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Proton gradient: Solid green: sieve tube; dashed green: sieve tube plates; light pink: companion cell; dark pink: nucleus; yellow: nutrients

In plant anatomy, sieve vascular tissue tube elements, also called sieve tube members, are a type of elongated parenchyma cells in phloem tissue. At the ends these cells are connected with other sieve elements, and together they constitute the sieve tube. The main function of the sieve tube is transport of carbohydrates in the plant (e.g., from the leaves to the fruits and roots). Unlike vessel elements, which are elongated cells that transport water and minerals in the xylem/wood that are dead when mature, and represent another kind of vascular tissue in the plant, sieve elements are living cells. They are thick and circular and can be different colours. Sieve tubes are not known as 'Real Cells' as they lack a substantial amount of Cytoplasm.

At the interface between two sieve tube members in angiosperms are sieve plates, pores in the plant cell walls that facilitate the movement of liquid. Neighbouring each of the sieve tube elements is a minimum of one companion cell, connected by plasmodesmata (channels between the cells). Sieve tube members have no cell nucleus, ribosomes, or a vacuole, the nucleus and ribosomes of its companion cell(s) compensate for this. In leaves, these cells help in moving the sugar produced by photosynthesis in the mesophyll tissue into the sieve tube elements. Sieve tubes are mainly to transport sugars and nutrients up and down the plant.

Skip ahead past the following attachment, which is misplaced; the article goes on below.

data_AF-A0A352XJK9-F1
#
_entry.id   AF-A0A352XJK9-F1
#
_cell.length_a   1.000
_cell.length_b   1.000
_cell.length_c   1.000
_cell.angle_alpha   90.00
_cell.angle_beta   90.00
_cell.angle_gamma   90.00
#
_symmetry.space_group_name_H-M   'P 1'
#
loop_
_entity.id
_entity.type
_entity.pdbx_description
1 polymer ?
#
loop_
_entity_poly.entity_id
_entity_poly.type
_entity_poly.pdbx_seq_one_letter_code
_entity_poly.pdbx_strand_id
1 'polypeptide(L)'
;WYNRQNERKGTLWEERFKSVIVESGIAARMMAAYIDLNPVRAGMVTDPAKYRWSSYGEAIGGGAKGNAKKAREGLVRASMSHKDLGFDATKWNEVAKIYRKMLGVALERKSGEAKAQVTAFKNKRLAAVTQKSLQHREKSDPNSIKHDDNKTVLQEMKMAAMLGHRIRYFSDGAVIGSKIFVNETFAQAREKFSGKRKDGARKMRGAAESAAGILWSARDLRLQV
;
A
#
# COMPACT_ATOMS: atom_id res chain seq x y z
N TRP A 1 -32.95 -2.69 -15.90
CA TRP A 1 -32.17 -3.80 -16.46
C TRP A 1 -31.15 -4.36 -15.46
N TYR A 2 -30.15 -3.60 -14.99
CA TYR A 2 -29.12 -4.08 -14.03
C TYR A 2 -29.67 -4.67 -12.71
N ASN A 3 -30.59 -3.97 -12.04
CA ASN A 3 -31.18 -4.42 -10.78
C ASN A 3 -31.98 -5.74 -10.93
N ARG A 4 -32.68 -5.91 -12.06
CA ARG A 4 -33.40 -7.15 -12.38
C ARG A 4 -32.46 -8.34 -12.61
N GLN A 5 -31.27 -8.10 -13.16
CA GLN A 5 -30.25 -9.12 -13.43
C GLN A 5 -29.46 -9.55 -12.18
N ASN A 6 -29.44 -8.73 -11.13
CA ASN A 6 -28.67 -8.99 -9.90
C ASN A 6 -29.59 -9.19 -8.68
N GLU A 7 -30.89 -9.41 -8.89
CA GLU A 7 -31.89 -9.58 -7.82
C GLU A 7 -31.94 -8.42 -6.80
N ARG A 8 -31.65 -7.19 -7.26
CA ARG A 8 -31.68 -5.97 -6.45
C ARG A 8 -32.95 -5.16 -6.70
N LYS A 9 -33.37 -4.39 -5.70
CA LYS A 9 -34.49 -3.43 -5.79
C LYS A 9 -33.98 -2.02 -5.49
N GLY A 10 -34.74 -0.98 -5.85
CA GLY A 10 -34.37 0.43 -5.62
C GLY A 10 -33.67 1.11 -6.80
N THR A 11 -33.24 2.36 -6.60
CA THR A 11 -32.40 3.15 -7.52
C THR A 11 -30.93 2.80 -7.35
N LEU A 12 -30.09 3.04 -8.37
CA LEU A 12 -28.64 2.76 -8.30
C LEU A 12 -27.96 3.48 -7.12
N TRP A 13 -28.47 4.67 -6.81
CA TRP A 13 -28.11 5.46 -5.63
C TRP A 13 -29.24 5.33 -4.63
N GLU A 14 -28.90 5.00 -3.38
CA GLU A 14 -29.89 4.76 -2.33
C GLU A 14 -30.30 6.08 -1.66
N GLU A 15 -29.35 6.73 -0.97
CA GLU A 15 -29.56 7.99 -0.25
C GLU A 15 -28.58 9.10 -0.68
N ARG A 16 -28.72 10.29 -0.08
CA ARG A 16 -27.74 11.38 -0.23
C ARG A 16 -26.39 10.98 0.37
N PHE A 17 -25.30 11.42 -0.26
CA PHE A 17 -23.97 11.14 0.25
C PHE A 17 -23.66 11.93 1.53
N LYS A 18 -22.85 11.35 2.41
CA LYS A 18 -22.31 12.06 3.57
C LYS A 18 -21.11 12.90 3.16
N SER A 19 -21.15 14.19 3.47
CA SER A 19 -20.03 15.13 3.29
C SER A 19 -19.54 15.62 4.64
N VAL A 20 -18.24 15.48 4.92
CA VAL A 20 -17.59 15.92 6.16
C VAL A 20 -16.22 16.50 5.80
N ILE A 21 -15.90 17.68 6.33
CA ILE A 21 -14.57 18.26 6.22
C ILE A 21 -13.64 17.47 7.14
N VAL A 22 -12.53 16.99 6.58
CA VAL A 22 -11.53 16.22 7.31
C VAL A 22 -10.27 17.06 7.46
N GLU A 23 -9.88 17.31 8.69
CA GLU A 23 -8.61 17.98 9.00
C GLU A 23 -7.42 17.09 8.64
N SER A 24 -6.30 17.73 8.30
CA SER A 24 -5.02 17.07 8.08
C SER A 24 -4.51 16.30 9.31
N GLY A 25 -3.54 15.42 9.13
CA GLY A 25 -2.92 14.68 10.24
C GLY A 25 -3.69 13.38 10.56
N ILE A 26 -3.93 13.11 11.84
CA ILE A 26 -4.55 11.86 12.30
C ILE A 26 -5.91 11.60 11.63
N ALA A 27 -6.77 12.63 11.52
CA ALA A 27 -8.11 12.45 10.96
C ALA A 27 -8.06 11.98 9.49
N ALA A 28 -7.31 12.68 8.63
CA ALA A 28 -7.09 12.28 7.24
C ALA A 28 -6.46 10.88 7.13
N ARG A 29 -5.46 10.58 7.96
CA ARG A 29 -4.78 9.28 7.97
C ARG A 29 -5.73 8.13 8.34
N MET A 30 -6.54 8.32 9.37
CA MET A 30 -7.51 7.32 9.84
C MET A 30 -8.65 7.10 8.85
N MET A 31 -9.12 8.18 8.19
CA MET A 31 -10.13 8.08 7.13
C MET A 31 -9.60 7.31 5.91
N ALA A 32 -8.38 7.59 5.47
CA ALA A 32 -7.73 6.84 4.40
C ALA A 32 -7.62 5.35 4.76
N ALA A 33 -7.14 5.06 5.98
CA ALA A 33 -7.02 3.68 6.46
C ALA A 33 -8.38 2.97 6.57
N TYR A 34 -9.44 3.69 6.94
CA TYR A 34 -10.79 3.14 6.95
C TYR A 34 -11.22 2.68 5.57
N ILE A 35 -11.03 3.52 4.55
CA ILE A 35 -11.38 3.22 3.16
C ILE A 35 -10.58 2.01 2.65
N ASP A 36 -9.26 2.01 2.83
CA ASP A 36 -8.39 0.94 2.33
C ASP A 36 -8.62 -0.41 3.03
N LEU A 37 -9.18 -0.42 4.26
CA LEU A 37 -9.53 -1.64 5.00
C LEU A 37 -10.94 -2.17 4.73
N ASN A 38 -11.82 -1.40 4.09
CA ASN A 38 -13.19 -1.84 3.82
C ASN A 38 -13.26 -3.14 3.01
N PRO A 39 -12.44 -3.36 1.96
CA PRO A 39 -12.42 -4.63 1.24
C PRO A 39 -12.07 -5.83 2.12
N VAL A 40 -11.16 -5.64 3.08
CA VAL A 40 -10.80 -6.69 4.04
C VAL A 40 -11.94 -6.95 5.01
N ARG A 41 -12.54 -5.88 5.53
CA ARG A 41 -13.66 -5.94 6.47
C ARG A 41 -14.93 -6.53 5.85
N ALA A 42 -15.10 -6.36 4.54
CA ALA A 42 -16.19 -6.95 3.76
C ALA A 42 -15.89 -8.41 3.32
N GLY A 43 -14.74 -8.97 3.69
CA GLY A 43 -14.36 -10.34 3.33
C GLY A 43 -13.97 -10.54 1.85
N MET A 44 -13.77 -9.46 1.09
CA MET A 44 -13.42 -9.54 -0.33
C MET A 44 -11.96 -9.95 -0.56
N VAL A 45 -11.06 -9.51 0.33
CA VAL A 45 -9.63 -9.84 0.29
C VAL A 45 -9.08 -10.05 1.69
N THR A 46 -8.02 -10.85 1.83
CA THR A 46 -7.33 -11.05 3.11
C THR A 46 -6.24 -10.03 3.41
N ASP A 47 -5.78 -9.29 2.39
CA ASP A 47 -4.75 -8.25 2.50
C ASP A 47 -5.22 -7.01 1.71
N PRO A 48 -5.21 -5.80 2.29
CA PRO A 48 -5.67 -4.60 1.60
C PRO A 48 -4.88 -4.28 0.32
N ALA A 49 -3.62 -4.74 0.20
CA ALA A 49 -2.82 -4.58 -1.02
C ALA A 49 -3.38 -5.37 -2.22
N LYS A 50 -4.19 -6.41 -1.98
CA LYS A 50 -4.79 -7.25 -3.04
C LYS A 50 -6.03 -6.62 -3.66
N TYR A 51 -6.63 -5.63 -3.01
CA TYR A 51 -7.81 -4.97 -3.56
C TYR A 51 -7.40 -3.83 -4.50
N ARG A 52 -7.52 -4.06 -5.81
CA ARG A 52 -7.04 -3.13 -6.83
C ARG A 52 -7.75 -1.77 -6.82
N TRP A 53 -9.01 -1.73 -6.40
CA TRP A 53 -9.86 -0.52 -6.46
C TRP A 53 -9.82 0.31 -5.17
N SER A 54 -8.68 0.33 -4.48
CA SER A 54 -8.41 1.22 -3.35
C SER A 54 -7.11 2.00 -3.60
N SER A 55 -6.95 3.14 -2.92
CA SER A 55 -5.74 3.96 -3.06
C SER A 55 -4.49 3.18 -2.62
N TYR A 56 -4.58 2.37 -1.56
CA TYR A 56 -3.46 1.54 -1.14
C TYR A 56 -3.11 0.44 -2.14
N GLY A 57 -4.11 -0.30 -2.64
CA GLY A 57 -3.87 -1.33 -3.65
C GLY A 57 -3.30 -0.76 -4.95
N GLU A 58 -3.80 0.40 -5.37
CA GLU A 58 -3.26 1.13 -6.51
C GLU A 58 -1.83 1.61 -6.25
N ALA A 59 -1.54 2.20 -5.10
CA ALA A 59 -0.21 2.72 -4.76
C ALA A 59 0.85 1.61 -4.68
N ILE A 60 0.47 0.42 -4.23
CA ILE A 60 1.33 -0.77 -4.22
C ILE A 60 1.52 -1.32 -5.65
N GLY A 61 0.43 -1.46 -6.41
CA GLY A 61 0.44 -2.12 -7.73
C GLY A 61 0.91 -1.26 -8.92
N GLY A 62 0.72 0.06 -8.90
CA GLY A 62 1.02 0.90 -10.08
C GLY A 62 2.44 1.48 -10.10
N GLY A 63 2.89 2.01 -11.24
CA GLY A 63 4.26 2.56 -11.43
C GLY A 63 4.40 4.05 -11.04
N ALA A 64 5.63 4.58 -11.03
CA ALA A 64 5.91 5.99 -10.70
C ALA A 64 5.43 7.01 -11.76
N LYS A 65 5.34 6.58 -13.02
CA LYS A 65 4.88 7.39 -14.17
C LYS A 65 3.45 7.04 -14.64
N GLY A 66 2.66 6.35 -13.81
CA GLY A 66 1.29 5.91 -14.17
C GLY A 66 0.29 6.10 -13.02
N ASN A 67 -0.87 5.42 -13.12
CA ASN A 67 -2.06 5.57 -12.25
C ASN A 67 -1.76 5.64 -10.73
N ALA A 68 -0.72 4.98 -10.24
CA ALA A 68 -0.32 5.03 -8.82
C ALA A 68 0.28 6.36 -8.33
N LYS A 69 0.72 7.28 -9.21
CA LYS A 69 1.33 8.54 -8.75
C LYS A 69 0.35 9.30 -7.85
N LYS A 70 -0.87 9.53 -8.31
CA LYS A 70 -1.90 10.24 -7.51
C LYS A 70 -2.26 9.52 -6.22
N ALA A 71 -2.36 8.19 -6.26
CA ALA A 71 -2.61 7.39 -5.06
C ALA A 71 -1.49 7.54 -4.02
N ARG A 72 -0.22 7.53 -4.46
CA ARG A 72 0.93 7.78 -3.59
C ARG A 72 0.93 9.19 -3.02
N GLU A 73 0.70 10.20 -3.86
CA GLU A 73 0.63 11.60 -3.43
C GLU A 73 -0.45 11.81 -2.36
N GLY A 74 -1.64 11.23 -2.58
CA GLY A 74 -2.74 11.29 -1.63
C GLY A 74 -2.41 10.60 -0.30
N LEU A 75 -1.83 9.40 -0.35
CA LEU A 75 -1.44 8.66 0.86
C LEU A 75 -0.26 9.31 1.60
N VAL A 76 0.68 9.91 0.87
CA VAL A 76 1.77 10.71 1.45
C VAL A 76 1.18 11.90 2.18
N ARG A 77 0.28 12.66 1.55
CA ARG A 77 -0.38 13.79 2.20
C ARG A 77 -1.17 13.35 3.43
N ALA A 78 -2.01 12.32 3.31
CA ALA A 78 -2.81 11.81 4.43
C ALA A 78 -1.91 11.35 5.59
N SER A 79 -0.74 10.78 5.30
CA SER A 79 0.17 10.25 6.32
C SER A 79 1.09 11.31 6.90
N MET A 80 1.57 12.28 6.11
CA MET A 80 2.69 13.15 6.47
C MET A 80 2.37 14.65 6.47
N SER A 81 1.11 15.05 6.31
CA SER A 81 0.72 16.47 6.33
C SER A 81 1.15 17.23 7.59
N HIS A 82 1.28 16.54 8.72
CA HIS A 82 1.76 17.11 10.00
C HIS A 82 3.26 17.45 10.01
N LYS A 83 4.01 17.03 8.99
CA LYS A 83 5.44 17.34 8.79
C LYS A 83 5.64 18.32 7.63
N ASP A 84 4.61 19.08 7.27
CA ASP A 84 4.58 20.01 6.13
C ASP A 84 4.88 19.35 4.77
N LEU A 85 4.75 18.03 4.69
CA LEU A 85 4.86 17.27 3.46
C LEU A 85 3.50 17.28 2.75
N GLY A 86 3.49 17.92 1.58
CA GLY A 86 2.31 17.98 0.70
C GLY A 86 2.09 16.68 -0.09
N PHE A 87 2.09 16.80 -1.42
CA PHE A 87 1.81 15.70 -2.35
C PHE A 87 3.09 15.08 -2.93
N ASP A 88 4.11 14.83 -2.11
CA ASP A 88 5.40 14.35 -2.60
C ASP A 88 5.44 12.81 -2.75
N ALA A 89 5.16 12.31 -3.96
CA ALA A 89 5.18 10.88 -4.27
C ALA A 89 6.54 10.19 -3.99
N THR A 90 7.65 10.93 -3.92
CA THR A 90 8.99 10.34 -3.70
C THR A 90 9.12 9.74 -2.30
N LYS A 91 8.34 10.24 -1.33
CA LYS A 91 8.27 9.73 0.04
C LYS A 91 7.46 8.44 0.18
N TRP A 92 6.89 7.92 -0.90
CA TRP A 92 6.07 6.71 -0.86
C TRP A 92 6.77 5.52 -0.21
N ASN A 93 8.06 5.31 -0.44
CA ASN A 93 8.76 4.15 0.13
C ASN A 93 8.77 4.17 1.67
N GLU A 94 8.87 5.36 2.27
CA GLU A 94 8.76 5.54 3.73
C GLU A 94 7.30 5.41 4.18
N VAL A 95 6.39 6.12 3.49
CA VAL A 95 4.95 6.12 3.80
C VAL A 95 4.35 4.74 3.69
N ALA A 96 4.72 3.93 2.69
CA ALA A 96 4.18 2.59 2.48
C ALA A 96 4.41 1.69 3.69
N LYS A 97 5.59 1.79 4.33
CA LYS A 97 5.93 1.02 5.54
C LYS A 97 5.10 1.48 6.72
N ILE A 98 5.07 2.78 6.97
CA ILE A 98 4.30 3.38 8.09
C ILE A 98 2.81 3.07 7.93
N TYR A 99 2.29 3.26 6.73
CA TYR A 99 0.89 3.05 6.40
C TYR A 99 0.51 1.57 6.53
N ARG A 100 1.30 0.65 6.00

Sieve cells are long, slender, conducting cells of the secondary phloem that do not form a constituent element of a sieve tube, but which are provided with relatively unspecialized sieve areas, especially in the tapering ends of the cells that overlap those of other sieve cells. They have a narrower diameter and are more elongated compared to sieve tube members, the other kind of sieve elements present in the phloem. Sieve cells are associated with albuminous cells, which lack starch, thus making it possible to differentiate them from phloem parenchyma.

The forest botanist Theodor Hartig was the first to discover and name these cells as Siebfasern (sieve fibres) and Siebröhren (sieve tubes) in 1837.

See also

External links

References

  • Katherine Esau (1969). The Phloem -in: Encyclopedia of Plant Anatomy. Gebrüder Borntraeger, Berlin, Stuttgart.
  • Campbell, N. A. (1996) Biology (4th edition). Benjamin Cummings NY. ISBN 0-8053-1957-3
  • Hartig, T. (1837) Vergleichende Untersuchungen über die Organisation des Stammes der einheimischen Waldbäume. Jahresber. Fortschr. Forstwiss. Forstl. Naturkd. 1:125-168
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